In America, the name of Audubon is probably as well known as those of Michelangelo, Rembrandt, van Gogh and Picasso -- maybe better known.
Yet it's a safe bet that not a hundredth or even a thousandth of those who know the name have ever seen a single work from the artist's hand. For Audubon's magnificent life-size watercolor drawings of "The Birds of America" are not what we know. They were used, initially, as the basis of Robert Havell's 435 colored engravings, also life-size, which became the four volumes of "The Birds of America" (about 200 copies were produced).
Relatively few people have even seen the original engravings, at least in any numbers, for exhibitions of them are not everyday occurrences. What we have seen -- what the vast majority of us know Audubon's work by -- are reproductions of the engravings, which themselves are reproductions (albeit extremely fine ones) of Audubon's drawings.
The drawings, meanwhile, have resided for the past 130 years at the New-York Historical Society, which bought them in 1863 from the artist's destitute wife. Twice, in 1975 and 1985, they were all put on view in New York, and aside from that about a dozen have been exhibited at a time, in rotation. Until now, they have never been sent on tour outside of New York.
Beginning today, about 85 of them, newly conserved and brilliantly colorful, begin a nationwide tour at the National Gallery in Washington, and America will finally have the chance to see the art of John James Audubon.
It's an opportunity not to be missed, for more than one reason. As the exhibit's admirable catalog points out, Audubon is a part of our heritage in complex ways.
First and foremost, he was an extraordinary artist, as the show amply demonstrates. He was not only able to depict birds accurately down to the most minute detail -- although that in itself was a great achievement -- but the largely self-taught artist mastered a wide range of media and techniques -- watercolor, gouache, pastel, pencil, oil, collage, glazing for luminosity, scratching out to achieve highlights. He often used many of these in the same drawing, to achieve startlingly lifelike effects.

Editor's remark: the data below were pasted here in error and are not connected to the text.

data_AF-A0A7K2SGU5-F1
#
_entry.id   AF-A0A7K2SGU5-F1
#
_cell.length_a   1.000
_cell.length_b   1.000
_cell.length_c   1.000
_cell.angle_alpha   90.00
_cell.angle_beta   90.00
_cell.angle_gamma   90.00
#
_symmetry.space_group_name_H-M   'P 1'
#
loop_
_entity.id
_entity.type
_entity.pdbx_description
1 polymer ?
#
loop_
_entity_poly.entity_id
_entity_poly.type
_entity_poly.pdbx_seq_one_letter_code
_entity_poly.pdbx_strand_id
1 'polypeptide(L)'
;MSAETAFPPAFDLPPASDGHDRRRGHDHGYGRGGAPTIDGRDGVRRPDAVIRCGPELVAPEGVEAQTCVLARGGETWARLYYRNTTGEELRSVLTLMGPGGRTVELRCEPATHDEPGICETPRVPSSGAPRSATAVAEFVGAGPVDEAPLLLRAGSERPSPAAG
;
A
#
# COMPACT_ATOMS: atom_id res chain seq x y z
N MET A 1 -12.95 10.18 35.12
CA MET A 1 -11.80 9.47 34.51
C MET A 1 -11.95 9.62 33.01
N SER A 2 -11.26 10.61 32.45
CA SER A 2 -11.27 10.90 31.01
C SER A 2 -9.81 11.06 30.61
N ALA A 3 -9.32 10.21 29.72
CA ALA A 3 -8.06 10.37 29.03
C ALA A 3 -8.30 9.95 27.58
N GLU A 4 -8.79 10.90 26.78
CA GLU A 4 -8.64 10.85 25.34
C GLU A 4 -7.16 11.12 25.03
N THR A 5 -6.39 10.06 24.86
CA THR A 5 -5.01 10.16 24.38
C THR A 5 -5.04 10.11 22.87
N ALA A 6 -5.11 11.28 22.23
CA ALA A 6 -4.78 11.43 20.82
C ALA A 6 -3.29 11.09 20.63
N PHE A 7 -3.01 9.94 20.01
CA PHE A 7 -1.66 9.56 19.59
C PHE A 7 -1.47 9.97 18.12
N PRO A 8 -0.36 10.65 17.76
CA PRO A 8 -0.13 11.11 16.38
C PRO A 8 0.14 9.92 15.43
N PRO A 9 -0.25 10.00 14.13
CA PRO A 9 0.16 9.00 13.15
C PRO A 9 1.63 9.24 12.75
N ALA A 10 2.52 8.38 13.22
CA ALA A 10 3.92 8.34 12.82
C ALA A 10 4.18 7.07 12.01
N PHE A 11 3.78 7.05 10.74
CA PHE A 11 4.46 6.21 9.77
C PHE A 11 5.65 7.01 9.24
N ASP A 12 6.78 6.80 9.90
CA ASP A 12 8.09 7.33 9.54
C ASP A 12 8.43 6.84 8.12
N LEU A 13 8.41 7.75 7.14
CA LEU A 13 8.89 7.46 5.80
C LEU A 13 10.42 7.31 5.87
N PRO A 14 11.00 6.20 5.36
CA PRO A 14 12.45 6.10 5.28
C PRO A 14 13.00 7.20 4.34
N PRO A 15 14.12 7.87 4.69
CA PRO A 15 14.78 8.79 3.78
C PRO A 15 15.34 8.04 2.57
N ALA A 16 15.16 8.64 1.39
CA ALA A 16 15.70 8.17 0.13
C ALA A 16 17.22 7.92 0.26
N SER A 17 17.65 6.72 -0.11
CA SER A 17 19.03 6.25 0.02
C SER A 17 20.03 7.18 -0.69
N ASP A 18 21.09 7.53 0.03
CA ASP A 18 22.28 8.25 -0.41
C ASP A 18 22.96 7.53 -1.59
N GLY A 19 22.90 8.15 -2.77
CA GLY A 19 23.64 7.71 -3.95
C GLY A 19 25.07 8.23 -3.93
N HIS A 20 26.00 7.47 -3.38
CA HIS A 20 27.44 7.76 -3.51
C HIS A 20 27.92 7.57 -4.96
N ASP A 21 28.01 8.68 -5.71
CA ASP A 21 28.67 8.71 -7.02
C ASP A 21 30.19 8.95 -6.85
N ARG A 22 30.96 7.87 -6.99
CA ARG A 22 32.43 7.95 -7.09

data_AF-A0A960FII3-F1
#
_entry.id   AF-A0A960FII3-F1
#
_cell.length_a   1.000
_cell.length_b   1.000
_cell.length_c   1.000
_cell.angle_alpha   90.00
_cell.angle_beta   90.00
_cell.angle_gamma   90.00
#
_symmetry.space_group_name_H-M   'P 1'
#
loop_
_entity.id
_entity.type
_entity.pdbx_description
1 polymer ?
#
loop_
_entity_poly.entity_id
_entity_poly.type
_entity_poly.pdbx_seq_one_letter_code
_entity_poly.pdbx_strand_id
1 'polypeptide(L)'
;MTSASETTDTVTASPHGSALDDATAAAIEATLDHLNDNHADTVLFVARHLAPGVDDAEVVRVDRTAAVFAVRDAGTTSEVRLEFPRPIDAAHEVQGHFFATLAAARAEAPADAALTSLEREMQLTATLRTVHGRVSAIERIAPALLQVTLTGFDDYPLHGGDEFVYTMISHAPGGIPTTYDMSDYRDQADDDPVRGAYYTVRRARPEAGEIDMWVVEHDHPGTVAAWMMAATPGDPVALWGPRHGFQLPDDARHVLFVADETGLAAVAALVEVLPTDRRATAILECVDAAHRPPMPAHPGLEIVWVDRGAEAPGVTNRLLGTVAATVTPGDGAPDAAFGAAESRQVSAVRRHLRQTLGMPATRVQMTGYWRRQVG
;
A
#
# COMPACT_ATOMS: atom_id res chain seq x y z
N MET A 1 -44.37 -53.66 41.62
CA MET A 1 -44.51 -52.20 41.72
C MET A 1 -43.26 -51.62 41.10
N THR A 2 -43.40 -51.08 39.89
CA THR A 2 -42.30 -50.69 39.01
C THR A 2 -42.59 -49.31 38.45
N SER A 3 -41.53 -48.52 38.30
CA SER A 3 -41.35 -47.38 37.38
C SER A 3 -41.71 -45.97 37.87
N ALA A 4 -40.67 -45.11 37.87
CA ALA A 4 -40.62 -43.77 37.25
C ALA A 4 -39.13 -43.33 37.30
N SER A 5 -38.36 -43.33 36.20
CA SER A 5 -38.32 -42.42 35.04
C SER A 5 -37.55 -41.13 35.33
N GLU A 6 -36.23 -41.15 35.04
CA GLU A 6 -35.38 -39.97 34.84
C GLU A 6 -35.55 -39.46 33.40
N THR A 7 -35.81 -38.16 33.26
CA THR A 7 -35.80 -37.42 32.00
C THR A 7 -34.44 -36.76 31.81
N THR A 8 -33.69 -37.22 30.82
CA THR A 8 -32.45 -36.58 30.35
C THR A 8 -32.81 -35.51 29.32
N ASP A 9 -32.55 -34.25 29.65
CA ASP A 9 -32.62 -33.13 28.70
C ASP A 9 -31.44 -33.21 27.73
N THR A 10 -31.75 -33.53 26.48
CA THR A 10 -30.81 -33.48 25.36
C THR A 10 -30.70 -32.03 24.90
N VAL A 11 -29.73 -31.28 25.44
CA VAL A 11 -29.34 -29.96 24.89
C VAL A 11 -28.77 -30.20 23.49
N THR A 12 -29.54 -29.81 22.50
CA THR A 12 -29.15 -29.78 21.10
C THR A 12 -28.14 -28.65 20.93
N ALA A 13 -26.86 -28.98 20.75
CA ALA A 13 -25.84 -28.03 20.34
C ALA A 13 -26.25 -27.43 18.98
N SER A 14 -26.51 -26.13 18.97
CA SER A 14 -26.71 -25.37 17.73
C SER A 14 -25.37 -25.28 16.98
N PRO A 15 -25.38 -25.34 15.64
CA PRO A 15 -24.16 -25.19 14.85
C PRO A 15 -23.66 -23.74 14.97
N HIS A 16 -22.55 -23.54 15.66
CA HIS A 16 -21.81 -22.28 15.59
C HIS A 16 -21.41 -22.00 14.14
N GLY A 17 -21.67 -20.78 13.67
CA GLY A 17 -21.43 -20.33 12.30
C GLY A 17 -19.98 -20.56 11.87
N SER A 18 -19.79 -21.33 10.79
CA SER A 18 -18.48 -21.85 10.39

One need only look at the variety of colors he employed in the brown pelican's beak -- yellows and pinks and whites and grays and browns among them -- to have some sense of the tremendous care Audubon took. Even though the artist used dead specimens, one need only look at the eyes of his birds to sense how much life Audubon succeeded in conveying.
No reproduction can be 100 percent faithful to the original, though Havell's hand-colored engravings, produced on sheets of paper measuring 2 by 3 feet, come remarkably close. In the exhibit are two Audubon drawings of the bald eagle, from 1820 and 1828, together with the Havell engraving made from the second one. They show how much Havell could do and what he couldn't. At a glance, print and drawing look identical, not only with respect to the physical appearance of the bird but in expression as well. But, while in both the bird looks fierce, in the drawing this expression is deepened with a suggestion of the cunning and the nasty that just eludes the print.
It is not in the least far-fetched to attribute human characteristics to Audubon's birds. He did so freely, writing of their behavior in human terms for the moral edification of his audience. Blue Jays, for instance, are "rogues . . . and thieves . . . more tyrannical than brave." Of two Carolina turtle doves courting, "the female, still coy and undetermined, seems doubtful of the truth of her love and, virgin-like, resolves to put his sincerity to the test. . . ."
That Audubon not only writes about his birds in such terms but endows the birds in his pictures with human characteristics gives them an added layer of interest, infusing the drawings with narrative life. The artist makes the parallel between animal and human behavior clearest in his drawing of a golden eagle, flying above mountains with a newly caught rabbit in its claws. In the distance, Audubon pictures himself with a gun. As the rabbit's eye drips blood in this vivid image, so we are meant to understand that the hunter's killing of animals is no less cruel.
In addition to his many gifts as an artist, however, Audubon was a notable scientist. Traveling through what was then the United States and beyond, in the early decades of the 19th century, he collected specimens to portray. But he also observed, pictured, and -- in the five-volume "Ornithological Biography" written as an accompaniment to "The Birds of America" -- wrote about wildlife in its natural habitat and in its natural pursuits: hunting, feeding, flying, fighting, etc. In this he was in the vanguard in his time, and in opposition to the centuries-old tradition of picturing both flora and fauna in isolation.